Using a personal phone, tablet, or laptop to access the company’s network provides an additional point of entry for bad actors looking to access the IT system. It also creates blind spots for your security team – they can’t secure shadow IT if they don’t know about it. In addition, moving company documents around using external file-sharing programs creates risks of data leaks or data loss.
The cost of recovering data, remedying the losses from the disruption of downtime, rebuilding security protocols, and even paying ransoms to release corrupted files can cost your business dearly. In addition, once you have suffered the breach, it makes sense to hire external tech expertise to shore up your systems. This also adds to the expense of the security breach.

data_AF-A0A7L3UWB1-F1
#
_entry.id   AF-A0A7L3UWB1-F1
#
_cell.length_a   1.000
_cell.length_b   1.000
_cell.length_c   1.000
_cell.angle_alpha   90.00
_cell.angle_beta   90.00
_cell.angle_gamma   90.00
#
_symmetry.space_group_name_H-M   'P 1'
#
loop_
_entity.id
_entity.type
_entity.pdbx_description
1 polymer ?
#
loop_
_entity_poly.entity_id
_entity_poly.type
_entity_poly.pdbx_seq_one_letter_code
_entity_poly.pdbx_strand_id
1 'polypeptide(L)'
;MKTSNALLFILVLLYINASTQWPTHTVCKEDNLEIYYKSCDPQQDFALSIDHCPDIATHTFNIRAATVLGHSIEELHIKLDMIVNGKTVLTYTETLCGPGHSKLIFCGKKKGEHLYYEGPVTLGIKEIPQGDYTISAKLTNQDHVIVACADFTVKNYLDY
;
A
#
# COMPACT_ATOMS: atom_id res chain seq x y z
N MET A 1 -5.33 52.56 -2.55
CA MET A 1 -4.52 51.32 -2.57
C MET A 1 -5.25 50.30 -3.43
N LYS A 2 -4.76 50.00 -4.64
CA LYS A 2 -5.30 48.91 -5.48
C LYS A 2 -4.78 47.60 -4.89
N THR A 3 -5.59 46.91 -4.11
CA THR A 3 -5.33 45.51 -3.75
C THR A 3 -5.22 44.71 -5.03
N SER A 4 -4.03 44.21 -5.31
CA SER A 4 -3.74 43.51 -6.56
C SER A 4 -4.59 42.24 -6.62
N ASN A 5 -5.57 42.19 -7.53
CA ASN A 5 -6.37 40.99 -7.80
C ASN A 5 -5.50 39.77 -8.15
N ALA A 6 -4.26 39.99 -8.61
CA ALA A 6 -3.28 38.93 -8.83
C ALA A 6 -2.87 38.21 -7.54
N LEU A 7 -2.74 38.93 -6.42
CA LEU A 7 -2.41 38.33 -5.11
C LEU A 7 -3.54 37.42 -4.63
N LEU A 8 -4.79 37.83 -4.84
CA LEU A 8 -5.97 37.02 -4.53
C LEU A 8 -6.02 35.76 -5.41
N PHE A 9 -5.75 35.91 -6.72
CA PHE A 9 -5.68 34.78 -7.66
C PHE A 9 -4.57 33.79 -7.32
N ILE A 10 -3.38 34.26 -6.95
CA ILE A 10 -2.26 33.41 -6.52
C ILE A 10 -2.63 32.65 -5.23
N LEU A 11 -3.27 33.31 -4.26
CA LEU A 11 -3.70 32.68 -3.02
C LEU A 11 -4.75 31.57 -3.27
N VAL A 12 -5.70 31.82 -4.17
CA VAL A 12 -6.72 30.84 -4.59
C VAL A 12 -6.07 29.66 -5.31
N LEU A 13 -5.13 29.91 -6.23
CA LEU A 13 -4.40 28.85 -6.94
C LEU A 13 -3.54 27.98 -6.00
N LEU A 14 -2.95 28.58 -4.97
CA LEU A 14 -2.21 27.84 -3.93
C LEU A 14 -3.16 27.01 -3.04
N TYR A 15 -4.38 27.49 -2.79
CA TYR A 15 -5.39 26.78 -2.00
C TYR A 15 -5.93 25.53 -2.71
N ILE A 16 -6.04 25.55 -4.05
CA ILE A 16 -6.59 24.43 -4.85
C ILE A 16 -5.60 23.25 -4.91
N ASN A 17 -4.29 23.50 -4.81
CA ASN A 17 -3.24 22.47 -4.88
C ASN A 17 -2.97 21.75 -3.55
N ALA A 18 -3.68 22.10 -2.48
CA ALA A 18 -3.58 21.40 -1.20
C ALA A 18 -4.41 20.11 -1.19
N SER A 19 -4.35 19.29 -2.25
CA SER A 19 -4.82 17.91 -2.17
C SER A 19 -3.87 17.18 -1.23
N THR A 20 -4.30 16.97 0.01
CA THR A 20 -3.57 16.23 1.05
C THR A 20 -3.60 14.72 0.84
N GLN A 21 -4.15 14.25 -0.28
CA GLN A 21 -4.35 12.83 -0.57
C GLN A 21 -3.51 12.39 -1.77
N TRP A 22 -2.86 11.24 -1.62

Adding to the potential cost of shadow IT is the need to repair the damage that an attack can have on the network and termination points. The work involved may include repairing or replacing company servers, as well as the switches, routers, and other assets that your IT network requires to run.
Where there is data, there is legislation. Most organizations today process and hold vast amounts of data. Anything that threatens the integrity of people’s personal information could see your organization being issued with financial sanctions.
Hackers can get into the internal workings of your IT infrastructure through a personal device connected to your network, or they can intercept data that an employee is handling on an unauthorized third-party app. In any case, there is a potential for legislators to hand out severe and dissuasive fines to your business.
Although there is no federal data protection law in the US, there are a range of state laws as well as regulations that target specific areas of data protection. Any contravention of these can result in fines being issued.